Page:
8th May 2016
I continue to believe B2B marketers can and must learn from the B2C world. So, as I have done for many years, I attended Marketing Week Live at the end of April. While the entire event was useful and interesting – from the quality of the exhibition through the variety of topics under discussion on the various stages to the sheer energy that permeated the event –the standout session simply has to be Mark Ritson’s closing keynote.
I’ve been following Mark for years and what I like so much about him is that he is constantly challenging how we think and what we do as marketers. And he doesn’t pull any punches – constantly entertaining, frequently uncouth (but never offensive), and always spot-on.
Mark’s contention is that ‘The marketing world continues to focus much of its efforts on the wrong issues’.
His session looked at 8 marketing concepts that are taking up an awful lot of marketing time and attention, most often for the wrong reasons. So, while Mark’s focus is primarily on the B2C world, this is my interpretation of 5 of his marketing concepts in the context of B2B marketing:
Consumer marketing is obsessed with Millenials in much the same way as B2B marketing is obsessed with the C-suite. Ask almost any B2B brand who their main audience is and the answer is always the ‘C-suite’.
In B2B, the buying journey is a complex and lengthy one, and there are many more people involved in the B2B buying decision. How can it make sense to focus on a single audience that – like Millenials – are not even homogenous within that segmentation?
Like Mark, I believe this is lazy marketing and only serves to underscore the fact that we don’t really know who we are targeting or why.
We constantly hear that TV is dead. Yet Mark maintains (and has the stats to prove it!) that this is a fallacy and TV will remain the dominant media of our time.
‘Marketers have a self-induced belief that digital is changing the world and somehow traditional is being destroyed.’
For B2B this is all about tactics and channels, and marketing’s headlong rush to ‘go digital’ at the expense of so-called ‘traditional’ tactics and channels. We absolutely need to stop and think about where our customers really are, despite the hype, and do a better job at integrating ‘traditional’ and ‘digital’.
Many marketers are afraid of zero-based budgeting (ZBB) because they see the ‘zero’ and think of ZBB as a cost-cutting exercise. But ZBB is increasingly being adopted by brands such Unilever and Coca-Cola, and Mark calls it a strategic approach to planning and budgeting.
I’ve written about ZBB in a previous post ‘A bigger budget won’t make you a better marketer’ and believe we in B2B should be taking on this approach. By forcing us to take a good hard look at what we do and why we’re doing it, ZBB can be an empowering process for B2B marketing.
Mark believes that marketers have become so busy inspiring people with their brand purpose that they lose sight of what they actually sell. And, to a point, I agree. He gave numerous examples of brand purpose statements that could be interchangeable among the brands.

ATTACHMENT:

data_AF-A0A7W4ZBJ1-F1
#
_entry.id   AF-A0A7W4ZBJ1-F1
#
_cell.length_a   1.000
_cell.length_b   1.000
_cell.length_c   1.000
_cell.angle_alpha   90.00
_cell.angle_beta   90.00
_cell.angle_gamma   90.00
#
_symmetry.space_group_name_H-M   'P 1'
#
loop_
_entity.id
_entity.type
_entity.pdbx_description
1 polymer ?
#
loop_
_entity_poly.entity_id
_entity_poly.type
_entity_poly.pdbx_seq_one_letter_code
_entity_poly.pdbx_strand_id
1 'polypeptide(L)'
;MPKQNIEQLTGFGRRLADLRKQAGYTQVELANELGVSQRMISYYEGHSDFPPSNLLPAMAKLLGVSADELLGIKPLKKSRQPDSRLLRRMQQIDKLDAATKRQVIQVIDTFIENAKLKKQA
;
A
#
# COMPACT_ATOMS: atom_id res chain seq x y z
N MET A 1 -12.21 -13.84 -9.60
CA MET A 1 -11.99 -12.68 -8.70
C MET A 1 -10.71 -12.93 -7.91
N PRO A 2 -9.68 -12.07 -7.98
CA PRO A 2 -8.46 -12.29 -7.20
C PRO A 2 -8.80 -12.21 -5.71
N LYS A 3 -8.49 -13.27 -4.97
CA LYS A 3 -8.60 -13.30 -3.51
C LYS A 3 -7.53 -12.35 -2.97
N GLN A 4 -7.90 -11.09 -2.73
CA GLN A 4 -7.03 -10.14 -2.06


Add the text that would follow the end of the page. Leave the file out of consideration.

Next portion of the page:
But I would argue that it’s not the concept that’s faulty, it’s the execution.
Because businesses these days need to look beyond profits to what kind of businesses they want to be. The strongest brands are strong because people know what they stand for and how they fit into their lives. They go beyond what they sell and address the real issues impacting individuals and society, providing people with a clear connection between brand promise and brand purpose.
I’d like to delete every word I see that precedes ‘marketing’. It was heartening to hear that this same issue pervades the consumer world, with ‘digital’ as the fixation. Mark categorically states that ‘digital is over’, that digital is a silo that artificially limits marketing thinking.
In the B2B world, it’s ‘content marketing’ that’s consuming marketers’ attention. And like ‘digital’ we need to get over it.
It’s all marketing.
But this is just a symptom of the bigger challenge – marketing’s almost complete focus on tools and channels. Practically every discussion I have about marketing ends up being about tactics instead of strategy.
And we all should know by now that without strategy, tactics are just more ‘stuff’ in an already overcrowded world.
So what should marketers focus on? For Mark – and for me – it’s pretty simple but by no means easy. Get back to marketing fundamentals. As Mark says:
‘Put down the tools and come back to strategy. [And] start with the customer…’.
For those of you who are interested, Mark has teamed up with Marketing Week to offer an online ‘mini-MBA’ – a 12-week, CPD accredited, MBA standard course, covering the same core marketing modules as leading MBA programmes. Click here for more info, should be brilliant!
Heidi Taylor is an award-winning senior marketing strategist with 25 years' experience of helping organisations engage with their customers, creating impact and differentiation. She is a sought-after speaker at marketing conferences in the UK and internationally, and regularly contributes articles to marketing journals in print and online. You can follow her on Twitter @TaylorMadeInKew.